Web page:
Thursday, May 10, 2012

After my Sixth Visit with Maximilian and Philip

After my Sixth Visit It really seems that Maximilian and Philip have been with us all the time, and I feel like all my family is here, sharing these wonderful days all together. It does not look like Friday is quickly approaching and then we'll have to say good-bye. It'll be hard. All Lukovit will be flooded. The videos from my fourth visit were wonderful, and I must credit Vesko, Toni's new assistant, for them. Actually, besides helping Toni, he's a professional in the video production industry, and a very pleasant person. This morning they met us at a store across the street from the Diplomat Hotel where they take photos, and Maximilian and Philip got their photos taken for their Bulgarian passports and U.S. visas. We cannot wait until those photos are made part of the documents for which they are intended. Having the kids go for their pictures to be taken means that nobody expects that there can be any problem any longer. That is greatly reassuring--but still we'll feel much better after having I-800 approval!!!

 Something that speaks very highly about those two little boys is that as soon as a mother with a baby entered the photo place, both of them got very interested in the infant. Philip ran to the stroller, and was very eager to reach out and touch the baby, but obeyed the social worker and kept his hand near the small one, without actual contact. As he saw the baby, Maximilian's face lit up. I pushed his chair closer to the stroller, and he also stretched his hand, although the frames of both his wheelchair and the stroller didn't prevent any actual contact at all. It's really uplifting to see how a boy who has some very bright replies and yet faces such great physical limitations can be so very loving---and so much in need of love. You can see that he has absolutely no envy or jealousy at all in his heart. He would like to walk, but without any resentment of any kind enjoys seeing others walking, running, and moving around. At one point during the course of my third or fourth visit, he asked the social worker whether when he comes home we could teach him how to walk. I said that we'd take him to doctors who would see what could be done. Even if it never happens (and seeing how difficult it is for him to hold his back straight without support I very much doubt it will ever do), I strongly believe that the worst thing you can do to a child is to take away all hope. He keeps on looking at me, and squeezing me against him. At one point yesterday he asked to go down on the floor with me and play, as we had done in my prior visit. I love to have him sitting on me so as to provide support for his back. After being like that for a long time, without moving, somewhat lost in time and space, my legs were almost numb, and I was wondering how I was going to manage to get up--but the experience was wonderful, and the bonding is really strong.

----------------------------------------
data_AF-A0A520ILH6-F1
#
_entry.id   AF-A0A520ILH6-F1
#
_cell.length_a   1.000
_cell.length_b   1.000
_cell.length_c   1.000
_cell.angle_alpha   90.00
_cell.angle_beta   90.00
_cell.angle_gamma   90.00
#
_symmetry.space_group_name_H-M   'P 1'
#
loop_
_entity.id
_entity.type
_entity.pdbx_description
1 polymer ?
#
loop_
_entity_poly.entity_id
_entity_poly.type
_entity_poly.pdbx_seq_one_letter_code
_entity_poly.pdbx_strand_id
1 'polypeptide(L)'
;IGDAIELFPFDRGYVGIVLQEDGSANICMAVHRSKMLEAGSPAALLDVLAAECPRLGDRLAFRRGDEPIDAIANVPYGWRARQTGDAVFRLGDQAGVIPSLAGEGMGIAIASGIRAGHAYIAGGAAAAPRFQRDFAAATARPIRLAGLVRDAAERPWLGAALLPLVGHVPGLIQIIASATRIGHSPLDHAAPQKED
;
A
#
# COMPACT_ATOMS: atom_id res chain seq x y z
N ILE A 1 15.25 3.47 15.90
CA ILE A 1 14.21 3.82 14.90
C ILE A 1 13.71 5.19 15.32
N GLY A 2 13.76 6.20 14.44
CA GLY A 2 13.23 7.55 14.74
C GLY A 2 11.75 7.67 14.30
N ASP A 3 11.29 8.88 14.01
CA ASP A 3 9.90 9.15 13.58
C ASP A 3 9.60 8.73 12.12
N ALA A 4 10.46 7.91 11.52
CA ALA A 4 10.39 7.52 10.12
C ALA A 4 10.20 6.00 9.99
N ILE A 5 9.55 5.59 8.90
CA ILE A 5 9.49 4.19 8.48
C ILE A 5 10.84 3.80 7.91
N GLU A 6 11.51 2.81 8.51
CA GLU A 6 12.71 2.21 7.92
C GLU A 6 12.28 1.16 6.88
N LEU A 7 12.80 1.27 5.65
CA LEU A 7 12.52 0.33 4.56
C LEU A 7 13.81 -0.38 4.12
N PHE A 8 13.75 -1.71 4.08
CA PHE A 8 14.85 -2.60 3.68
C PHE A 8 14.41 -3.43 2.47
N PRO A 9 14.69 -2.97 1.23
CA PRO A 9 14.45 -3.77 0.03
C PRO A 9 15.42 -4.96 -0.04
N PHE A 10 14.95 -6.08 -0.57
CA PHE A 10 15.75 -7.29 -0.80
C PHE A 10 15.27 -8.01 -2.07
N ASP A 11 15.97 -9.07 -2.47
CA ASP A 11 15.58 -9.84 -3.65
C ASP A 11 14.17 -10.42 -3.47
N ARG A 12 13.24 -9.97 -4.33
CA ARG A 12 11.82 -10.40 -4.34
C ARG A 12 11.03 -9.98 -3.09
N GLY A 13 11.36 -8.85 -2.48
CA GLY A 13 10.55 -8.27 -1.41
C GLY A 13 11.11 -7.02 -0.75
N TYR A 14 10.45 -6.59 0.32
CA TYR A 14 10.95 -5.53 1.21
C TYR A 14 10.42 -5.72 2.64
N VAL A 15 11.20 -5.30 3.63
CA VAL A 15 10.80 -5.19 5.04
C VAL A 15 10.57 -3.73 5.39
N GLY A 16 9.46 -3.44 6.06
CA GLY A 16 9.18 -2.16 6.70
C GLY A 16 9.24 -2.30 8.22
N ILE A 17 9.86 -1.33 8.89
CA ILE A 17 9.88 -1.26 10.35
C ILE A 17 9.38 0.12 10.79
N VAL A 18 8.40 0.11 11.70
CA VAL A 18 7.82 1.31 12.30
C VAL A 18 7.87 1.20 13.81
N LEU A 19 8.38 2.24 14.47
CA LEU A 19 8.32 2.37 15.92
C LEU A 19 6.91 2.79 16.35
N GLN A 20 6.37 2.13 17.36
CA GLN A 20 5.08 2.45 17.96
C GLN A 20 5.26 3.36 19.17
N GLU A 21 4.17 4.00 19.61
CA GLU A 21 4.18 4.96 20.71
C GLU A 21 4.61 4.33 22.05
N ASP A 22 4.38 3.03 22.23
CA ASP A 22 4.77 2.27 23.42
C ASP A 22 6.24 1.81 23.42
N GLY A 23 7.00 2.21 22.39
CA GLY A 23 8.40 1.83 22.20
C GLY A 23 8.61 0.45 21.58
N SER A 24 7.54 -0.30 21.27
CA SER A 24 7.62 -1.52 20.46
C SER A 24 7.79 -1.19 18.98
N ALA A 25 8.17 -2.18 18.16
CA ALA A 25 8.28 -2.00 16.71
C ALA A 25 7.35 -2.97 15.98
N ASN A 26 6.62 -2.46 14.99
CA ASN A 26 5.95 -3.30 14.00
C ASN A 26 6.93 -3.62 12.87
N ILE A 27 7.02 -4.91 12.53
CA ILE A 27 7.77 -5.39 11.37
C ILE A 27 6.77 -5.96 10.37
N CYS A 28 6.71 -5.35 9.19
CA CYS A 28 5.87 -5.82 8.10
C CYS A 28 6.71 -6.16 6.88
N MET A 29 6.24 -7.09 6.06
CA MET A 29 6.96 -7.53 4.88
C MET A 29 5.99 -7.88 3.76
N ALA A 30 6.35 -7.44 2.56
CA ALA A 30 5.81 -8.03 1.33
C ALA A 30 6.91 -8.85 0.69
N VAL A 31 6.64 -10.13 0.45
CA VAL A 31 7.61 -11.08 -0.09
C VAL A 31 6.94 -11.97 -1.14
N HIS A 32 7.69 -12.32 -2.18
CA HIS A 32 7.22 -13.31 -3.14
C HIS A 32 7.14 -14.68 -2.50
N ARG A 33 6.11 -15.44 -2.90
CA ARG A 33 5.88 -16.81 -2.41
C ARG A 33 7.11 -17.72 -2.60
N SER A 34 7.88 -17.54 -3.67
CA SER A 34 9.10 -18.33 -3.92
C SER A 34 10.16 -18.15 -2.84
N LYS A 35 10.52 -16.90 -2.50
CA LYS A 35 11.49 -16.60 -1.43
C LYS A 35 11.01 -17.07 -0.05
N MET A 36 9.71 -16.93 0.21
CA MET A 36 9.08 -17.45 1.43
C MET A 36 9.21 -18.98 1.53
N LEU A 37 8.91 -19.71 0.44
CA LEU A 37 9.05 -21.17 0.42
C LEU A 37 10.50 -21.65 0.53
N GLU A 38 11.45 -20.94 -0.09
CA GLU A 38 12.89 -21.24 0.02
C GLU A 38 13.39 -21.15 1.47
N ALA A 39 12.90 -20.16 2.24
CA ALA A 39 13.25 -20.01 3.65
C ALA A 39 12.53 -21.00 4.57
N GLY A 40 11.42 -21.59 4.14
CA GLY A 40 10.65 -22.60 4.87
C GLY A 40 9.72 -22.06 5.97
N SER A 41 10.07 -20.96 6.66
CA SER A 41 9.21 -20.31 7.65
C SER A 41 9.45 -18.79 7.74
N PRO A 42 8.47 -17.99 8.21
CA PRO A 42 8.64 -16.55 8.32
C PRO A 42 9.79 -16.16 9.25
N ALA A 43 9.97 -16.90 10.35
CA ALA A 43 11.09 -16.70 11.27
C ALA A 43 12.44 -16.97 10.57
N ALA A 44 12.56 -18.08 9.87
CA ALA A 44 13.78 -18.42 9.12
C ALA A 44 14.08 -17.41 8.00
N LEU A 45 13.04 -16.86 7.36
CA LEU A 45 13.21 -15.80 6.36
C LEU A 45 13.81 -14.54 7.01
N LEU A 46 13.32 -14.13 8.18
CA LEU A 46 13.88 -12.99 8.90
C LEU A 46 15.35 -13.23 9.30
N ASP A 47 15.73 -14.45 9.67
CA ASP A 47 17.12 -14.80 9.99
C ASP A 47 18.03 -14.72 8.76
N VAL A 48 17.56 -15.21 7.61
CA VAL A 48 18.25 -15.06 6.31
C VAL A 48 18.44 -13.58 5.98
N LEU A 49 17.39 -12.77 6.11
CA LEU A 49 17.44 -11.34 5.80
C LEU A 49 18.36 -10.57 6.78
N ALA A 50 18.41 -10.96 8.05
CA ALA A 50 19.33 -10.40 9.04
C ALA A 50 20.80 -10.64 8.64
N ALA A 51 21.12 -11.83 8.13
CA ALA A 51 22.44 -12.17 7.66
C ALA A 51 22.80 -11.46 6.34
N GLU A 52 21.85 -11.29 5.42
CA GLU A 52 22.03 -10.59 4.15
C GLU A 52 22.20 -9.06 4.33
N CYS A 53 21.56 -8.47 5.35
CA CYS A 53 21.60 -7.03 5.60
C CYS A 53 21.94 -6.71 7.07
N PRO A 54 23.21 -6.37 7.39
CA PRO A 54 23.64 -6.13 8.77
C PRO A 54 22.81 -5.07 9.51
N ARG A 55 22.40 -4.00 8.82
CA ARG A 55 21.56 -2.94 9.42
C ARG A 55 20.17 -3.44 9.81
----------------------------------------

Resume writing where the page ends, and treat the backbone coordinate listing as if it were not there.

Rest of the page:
Philip moves around all the time, and even though his gait is uneven and he doesn't look steady, he manages to run.It looks like he's going to end up flat on the floor every time, but he keeps on going. He seems to have that same strong determination Nicholas has and always had. Even when he was still in Haiti, he defied doctors' prognosis that he would never walk on his own--and out of his own very strong will he did learn how to do it. It was a matter of trying, falling down, getting up, and keeping on trying-- again and again. Going back to Philip, although he has something to do all the time, he also enjoys hugs and kisses--and finds time for those as well.

At one point Illiyan (let's go back to his present name for a moment) asked what his new name would be--and he frowned at the name "Maximilian." He was in his chair and I was behind him at that moment, but Vesko says he did make a face at the name. He said it was too long. I had told the person temporarily in charge due to the director's absence and the social worker the story of St. Maximilian Kolbe. I don't know how much in detail they told that story to Illiyan, but what I do know is his answer--which was quite remarkable, "If there was a good man who gave up his life to save someone else, then I like the name."